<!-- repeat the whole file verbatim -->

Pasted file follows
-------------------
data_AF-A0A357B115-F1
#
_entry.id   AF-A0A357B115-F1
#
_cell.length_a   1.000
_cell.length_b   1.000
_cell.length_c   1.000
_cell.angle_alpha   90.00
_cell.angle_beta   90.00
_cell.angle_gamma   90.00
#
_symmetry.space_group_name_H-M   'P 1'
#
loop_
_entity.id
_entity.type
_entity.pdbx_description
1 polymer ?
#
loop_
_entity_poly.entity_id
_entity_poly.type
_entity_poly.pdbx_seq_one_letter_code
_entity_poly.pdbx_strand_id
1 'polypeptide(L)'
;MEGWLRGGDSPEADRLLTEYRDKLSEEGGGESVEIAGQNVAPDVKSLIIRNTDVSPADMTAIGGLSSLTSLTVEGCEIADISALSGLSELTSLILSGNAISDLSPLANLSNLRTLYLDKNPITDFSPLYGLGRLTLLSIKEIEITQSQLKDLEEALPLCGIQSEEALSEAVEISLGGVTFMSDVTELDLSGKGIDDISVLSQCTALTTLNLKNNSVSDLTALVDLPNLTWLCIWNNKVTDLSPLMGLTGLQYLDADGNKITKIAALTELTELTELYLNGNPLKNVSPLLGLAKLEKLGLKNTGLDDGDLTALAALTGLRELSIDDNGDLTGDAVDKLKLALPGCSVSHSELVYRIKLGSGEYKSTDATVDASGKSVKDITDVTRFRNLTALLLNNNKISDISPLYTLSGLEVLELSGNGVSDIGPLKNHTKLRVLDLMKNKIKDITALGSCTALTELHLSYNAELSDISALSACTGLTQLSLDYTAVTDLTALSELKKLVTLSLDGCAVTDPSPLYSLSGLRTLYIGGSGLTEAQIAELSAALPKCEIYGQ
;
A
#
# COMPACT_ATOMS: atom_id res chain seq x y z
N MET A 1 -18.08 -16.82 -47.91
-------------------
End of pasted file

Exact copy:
data_AF-A0A357B115-F1
#
_entry.id   AF-A0A357B115-F1
#
_cell.length_a   1.000
_cell.length_b   1.000
_cell.length_c   1.000
_cell.angle_alpha   90.00
_cell.angle_beta   90.00
_cell.angle_gamma   90.00
#
_symmetry.space_group_name_H-M   'P 1'
#
loop_
_entity.id
_entity.type
_entity.pdbx_description
1 polymer ?
#
loop_
_entity_poly.entity_id
_entity_poly.type
_entity_poly.pdbx_seq_one_letter_code
_entity_poly.pdbx_strand_id
1 'polypeptide(L)'
;MEGWLRGGDSPEADRLLTEYRDKLSEEGGGESVEIAGQNVAPDVKSLIIRNTDVSPADMTAIGGLSSLTSLTVEGCEIADISALSGLSELTSLILSGNAISDLSPLANLSNLRTLYLDKNPITDFSPLYGLGRLTLLSIKEIEITQSQLKDLEEALPLCGIQSEEALSEAVEISLGGVTFMSDVTELDLSGKGIDDISVLSQCTALTTLNLKNNSVSDLTALVDLPNLTWLCIWNNKVTDLSPLMGLTGLQYLDADGNKITKIAALTELTELTELYLNGNPLKNVSPLLGLAKLEKLGLKNTGLDDGDLTALAALTGLRELSIDDNGDLTGDAVDKLKLALPGCSVSHSELVYRIKLGSGEYKSTDATVDASGKSVKDITDVTRFRNLTALLLNNNKISDISPLYTLSGLEVLELSGNGVSDIGPLKNHTKLRVLDLMKNKIKDITALGSCTALTELHLSYNAELSDISALSACTGLTQLSLDYTAVTDLTALSELKKLVTLSLDGCAVTDPSPLYSLSGLRTLYIGGSGLTEAQIAELSAALPKCEIYGQ
;
A
#
# COMPACT_ATOMS: atom_id res chain seq x y z
N MET A 1 -18.08 -16.82 -47.91